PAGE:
What it takes to respond to a mental health crisis


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If someone breaks their arm or twists an ankle, we generally know what to do – brace it and get help. But what if someone is hurting mentally instead of physically? A bandage won’t help, but a Mental Health First Aid class will.

Two women sit in a classroom, role-playing what it would be like to be on a turbulent airplane when a person experiences a panic attack.

“Ugh,” moans one woman as classmates rattle the furniture making noises.

“Hey. Are you ok? Can I do anything to help?” asks Amber Etageak. “Can you just relax and try to breathe? Take a deep breath.”

Etageak listens to the woman’s concerns and tries to reassure her. She suggests slow breathing and thinking of happy thoughts. Listening without judgment, giving reassurance, and encouraging self-help strategies — those are some of the main skills taught in Mental Health First Aid classes around the world. And they work.

“Ok, so this short little flight and then we’ll get there and everything will be ok,” Etageak says reassuringly as the role-playing ends. “We’re gonna be alright.”

“I think so,” agrees the woman, a bit calmer. “I’m breathing better. Thank you.”

Even though it was just a role-playing exercise in a safe space, and even though Etageak has been around people who were having mental health crises before, she says it was scary.

“It was an intense situation, I mean because things like that could really happen,” Etageak says. “I wasn’t sure if it was going to get out of hand or it was going to get physical. And you never know.”

Part of the idea behind Mental Health First Aid is to train people to respond appropriately to help another person when situations are tense. The class helps people assist with short-term mental health crises – like a panic attack on a plane, or suicidal thoughts – and to broach longer-term issues, like depression or substance abuse.

“The context (for using the skills) ranges from one’s own family to work situations to even strangers on the street,” says Jill Ramsey, the behavioral health training coordinator for University of Alaska Anchorage. She has been teaching the class for more than 6 years.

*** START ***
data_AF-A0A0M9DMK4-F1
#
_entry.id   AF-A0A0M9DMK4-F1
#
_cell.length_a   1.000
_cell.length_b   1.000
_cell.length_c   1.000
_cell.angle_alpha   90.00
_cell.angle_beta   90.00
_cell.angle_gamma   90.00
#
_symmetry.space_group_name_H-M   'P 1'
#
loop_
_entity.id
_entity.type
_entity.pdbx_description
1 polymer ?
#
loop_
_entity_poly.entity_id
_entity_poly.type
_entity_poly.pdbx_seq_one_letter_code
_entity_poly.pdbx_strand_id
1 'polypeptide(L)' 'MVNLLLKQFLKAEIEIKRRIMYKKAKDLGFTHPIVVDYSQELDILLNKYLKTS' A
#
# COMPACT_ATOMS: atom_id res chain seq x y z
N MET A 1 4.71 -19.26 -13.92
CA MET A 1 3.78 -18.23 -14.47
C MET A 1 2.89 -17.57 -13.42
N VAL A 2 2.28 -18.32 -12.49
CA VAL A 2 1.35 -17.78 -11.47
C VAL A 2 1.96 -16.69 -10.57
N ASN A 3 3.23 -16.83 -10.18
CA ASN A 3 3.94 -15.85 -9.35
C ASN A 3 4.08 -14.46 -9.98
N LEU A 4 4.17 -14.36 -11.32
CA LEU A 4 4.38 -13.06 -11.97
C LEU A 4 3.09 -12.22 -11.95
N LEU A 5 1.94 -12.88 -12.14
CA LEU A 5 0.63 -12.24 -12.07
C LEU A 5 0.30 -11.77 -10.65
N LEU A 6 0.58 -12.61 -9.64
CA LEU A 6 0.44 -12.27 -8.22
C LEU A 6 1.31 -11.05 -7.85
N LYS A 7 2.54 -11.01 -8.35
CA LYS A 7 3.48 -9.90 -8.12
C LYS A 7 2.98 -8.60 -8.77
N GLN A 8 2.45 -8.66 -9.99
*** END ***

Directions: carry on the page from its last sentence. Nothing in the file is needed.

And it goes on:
Just like CPR, Mental Health First Aid focuses on a series of steps. Assess the risks – is the person thinking of hurting themselves or others? Listen to the person and hear what their concerns are and give them reassurance if they need it. And then help them connect with resources. She says the class teaches necessary skills for a first response, not a long-term intervention.

“We really don’t want people diagnosing other people,” Ramsey says. “We don’t want people out there trying to be therapists. We really want people to be doing first aid.”

The 8-hour-long course was developed in Australia in 2001 and is now taught around the world, including Pakistan, Denmark, and Saudi Arabia. It teaches the signs and symptoms associated with major illnesses like depression, anxiety, and substance abuse as well as the appropriate way to respond.

Research shows participants develop, maintain and use their new knowledge over time. The program also reduces the stigma around mental illness.

About one in five people in the United States has a mental illness. Ramsey says awareness of the illnesses and their prevalence changes how people interact and respond.

“Most of the things that we’re seeing are brain disorders,” she explains. “They’re not character flaws. They’re not moral failures. These are real illnesses that deserve attention and compassion.”

There aren’t any studies with people who have received mental health first aid – it’s hard to track those folks down. But anecdotally, the methods are effective.

Ruth Adolf is an officer with the Anchorage Police Department and helps teach the course to other officers and to the general public. She says people who interact with officers who have mental health first aid training are calmer and more responsive because the officers listen with a greater awareness.

“It’s very important to understand when you go into a situation what you’re dealing with,” Adolf says. “And you can easily learn that by being patient, by taking your time, by learning from that person what’s going on. Not always easy but it’s necessary. It’s valuable.”

The class is now part of the police training academy in Anchorage. It’s also taught to health care professionals and the general public. A youth-specific version is available, too.

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